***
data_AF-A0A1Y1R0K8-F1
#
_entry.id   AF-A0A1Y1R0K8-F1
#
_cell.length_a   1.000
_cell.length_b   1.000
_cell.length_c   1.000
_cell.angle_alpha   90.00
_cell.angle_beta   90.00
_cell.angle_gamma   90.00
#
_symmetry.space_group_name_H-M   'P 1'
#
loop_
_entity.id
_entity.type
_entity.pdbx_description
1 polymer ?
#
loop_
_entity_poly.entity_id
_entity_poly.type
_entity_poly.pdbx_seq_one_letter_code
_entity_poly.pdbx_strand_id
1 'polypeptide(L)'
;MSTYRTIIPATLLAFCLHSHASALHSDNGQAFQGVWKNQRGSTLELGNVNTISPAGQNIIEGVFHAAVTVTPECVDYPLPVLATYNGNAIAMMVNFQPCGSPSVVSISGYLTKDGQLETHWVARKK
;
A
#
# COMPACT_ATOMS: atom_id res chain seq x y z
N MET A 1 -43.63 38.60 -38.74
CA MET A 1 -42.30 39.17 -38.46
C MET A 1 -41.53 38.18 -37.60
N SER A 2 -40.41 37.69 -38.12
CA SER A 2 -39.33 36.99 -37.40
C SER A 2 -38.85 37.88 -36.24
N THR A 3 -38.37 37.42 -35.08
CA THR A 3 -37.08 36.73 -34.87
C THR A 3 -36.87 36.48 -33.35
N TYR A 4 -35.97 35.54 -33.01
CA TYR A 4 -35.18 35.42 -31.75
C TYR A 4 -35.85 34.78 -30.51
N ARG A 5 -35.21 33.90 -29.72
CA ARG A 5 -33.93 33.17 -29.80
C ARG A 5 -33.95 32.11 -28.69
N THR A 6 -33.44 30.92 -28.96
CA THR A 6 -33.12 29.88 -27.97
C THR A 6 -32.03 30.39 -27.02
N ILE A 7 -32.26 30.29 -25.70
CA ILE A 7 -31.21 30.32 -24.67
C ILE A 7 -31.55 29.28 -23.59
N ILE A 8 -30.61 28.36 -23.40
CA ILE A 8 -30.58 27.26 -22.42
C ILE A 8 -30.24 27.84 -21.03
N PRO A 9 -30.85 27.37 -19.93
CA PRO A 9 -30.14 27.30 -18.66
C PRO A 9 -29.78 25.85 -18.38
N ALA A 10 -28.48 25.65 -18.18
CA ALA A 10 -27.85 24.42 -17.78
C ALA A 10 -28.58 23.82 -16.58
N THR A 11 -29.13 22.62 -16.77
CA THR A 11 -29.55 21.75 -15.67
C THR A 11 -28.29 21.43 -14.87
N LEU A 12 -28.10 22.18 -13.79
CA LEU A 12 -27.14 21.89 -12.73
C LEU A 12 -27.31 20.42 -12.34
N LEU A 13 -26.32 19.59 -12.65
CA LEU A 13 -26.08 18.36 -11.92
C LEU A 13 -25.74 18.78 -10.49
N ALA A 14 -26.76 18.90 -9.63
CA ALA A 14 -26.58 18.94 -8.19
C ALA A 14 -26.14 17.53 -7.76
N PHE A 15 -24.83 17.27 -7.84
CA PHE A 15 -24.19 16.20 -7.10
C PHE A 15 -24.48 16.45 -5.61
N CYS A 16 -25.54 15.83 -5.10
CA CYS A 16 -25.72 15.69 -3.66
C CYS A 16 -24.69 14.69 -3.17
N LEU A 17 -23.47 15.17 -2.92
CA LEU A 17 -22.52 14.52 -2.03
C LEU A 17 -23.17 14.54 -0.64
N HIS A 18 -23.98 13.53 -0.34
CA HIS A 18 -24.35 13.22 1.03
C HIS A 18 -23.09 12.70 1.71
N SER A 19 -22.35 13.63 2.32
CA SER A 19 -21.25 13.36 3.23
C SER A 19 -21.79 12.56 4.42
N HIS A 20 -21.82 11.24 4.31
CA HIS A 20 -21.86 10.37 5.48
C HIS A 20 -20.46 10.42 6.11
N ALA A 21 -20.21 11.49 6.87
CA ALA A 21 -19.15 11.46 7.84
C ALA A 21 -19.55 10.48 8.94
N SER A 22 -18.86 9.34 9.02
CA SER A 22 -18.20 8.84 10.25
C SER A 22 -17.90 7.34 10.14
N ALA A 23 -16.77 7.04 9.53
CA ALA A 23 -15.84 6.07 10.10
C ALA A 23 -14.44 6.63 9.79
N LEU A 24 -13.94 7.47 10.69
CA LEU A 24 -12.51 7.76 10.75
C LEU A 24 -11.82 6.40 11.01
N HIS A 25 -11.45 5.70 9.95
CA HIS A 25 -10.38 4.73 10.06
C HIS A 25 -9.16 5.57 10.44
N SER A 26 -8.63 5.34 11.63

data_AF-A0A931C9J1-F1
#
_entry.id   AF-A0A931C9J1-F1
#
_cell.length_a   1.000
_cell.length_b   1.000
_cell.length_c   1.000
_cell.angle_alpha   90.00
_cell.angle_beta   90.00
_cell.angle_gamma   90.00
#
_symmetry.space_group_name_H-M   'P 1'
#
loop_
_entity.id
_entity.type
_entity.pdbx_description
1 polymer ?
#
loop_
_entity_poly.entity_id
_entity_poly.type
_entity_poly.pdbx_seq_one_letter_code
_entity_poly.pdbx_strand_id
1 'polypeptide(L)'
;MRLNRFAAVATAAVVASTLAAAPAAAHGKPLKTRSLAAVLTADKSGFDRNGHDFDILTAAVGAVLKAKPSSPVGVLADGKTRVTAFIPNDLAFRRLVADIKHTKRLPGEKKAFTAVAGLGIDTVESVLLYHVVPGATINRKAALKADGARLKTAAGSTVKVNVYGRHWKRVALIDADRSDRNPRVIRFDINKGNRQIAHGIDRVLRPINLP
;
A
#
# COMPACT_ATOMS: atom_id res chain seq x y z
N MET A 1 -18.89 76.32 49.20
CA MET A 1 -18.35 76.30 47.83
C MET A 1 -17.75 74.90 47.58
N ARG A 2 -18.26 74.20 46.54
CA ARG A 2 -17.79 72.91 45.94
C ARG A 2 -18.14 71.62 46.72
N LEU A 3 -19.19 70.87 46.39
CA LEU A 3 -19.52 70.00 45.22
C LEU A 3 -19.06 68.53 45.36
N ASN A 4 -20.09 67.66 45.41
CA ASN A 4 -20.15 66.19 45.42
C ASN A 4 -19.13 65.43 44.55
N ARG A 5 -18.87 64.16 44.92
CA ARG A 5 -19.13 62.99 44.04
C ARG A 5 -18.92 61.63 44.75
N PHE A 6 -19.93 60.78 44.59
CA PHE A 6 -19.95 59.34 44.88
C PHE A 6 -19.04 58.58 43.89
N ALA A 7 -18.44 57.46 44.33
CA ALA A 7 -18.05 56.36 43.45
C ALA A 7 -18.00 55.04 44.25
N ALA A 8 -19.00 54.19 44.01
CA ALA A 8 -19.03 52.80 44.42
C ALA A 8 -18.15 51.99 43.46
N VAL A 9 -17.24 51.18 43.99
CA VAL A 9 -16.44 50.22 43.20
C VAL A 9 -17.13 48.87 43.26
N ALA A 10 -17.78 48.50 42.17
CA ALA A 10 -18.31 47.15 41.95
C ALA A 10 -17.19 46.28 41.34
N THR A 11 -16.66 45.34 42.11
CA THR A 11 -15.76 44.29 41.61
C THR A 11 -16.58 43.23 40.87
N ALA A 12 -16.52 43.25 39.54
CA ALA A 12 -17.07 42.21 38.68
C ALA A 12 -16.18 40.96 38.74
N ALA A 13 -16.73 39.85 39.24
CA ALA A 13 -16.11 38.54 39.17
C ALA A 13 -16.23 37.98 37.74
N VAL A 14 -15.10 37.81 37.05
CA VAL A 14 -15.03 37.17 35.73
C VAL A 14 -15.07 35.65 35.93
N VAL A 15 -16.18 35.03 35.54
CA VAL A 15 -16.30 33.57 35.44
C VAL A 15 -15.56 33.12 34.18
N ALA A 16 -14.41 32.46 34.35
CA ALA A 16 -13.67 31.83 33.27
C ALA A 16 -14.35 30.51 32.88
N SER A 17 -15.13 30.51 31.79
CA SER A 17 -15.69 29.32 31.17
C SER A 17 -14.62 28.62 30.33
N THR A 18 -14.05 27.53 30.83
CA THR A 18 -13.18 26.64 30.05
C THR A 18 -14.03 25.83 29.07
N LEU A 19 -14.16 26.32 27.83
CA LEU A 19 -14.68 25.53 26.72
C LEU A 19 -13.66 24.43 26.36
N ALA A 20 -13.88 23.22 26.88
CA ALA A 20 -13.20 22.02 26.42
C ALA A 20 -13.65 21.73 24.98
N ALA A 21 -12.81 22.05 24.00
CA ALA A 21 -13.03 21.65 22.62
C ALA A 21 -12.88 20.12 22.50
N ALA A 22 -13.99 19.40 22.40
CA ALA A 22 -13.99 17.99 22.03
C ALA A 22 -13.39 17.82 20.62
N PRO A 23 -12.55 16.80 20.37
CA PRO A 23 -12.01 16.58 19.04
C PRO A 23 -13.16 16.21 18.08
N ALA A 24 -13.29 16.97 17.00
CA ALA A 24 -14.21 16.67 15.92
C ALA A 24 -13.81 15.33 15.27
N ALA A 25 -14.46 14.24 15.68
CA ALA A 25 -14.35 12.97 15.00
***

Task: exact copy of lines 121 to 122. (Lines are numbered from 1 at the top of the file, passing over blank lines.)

_entity.id
_entity.type